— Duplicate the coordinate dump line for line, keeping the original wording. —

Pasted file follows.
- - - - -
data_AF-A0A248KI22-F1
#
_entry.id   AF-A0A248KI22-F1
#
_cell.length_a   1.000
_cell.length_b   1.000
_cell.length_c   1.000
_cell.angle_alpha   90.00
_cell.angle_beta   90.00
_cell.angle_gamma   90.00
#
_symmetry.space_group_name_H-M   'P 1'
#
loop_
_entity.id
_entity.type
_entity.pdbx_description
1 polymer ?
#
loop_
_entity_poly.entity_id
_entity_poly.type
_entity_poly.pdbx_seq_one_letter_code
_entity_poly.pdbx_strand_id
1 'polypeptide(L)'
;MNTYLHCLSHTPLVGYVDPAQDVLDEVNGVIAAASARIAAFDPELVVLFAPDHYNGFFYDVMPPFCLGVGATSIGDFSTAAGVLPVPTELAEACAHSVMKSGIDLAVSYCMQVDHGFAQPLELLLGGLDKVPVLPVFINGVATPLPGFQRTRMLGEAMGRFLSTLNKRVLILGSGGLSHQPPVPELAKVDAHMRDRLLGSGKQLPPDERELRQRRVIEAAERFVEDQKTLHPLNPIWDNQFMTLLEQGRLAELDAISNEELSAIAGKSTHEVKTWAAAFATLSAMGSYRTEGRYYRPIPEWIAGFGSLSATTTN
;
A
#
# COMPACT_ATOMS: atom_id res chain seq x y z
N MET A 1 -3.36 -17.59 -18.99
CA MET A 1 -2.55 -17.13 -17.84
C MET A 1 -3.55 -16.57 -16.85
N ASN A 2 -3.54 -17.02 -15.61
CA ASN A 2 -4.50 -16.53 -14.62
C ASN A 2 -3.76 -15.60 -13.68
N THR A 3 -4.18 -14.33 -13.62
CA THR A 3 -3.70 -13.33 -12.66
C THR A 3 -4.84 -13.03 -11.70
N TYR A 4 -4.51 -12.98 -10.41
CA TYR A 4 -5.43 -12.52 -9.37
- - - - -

data_AF-A0A248KI22-F1
#
_entry.id   AF-A0A248KI22-F1
#
_cell.length_a   1.000
_cell.length_b   1.000
_cell.length_c   1.000
_cell.angle_alpha   90.00
_cell.angle_beta   90.00
_cell.angle_gamma   90.00
#
_symmetry.space_group_name_H-M   'P 1'
#
loop_
_entity.id
_entity.type
_entity.pdbx_description
1 polymer ?
#
loop_
_entity_poly.entity_id
_entity_poly.type
_entity_poly.pdbx_seq_one_letter_code
_entity_poly.pdbx_strand_id
1 'polypeptide(L)'
;MNTYLHCLSHTPLVGYVDPAQDVLDEVNGVIAAASARIAAFDPELVVLFAPDHYNGFFYDVMPPFCLGVGATSIGDFSTAAGVLPVPTELAEACAHSVMKSGIDLAVSYCMQVDHGFAQPLELLLGGLDKVPVLPVFINGVATPLPGFQRTRMLGEAMGRFLSTLNKRVLILGSGGLSHQPPVPELAKVDAHMRDRLLGSGKQLPPDERELRQRRVIEAAERFVEDQKTLHPLNPIWDNQFMTLLEQGRLAELDAISNEELSAIAGKSTHEVKTWAAAFATLSAMGSYRTEGRYYRPIPEWIAGFGSLSATTTN
;
A
#
# COMPACT_ATOMS: atom_id res chain seq x y z
N MET A 1 -3.36 -17.59 -18.99
CA MET A 1 -2.55 -17.13 -17.84
C MET A 1 -3.55 -16.57 -16.85
N ASN A 2 -3.54 -17.02 -15.61
CA ASN A 2 -4.50 -16.53 -14.62
C ASN A 2 -3.76 -15.60 -13.68
N THR A 3 -4.18 -14.33 -13.62
CA THR A 3 -3.70 -13.33 -12.66
C THR A 3 -4.84 -13.03 -11.70
N TYR A 4 -4.51 -12.98 -10.41
CA TYR A 4 -5.43 -12.52 -9.37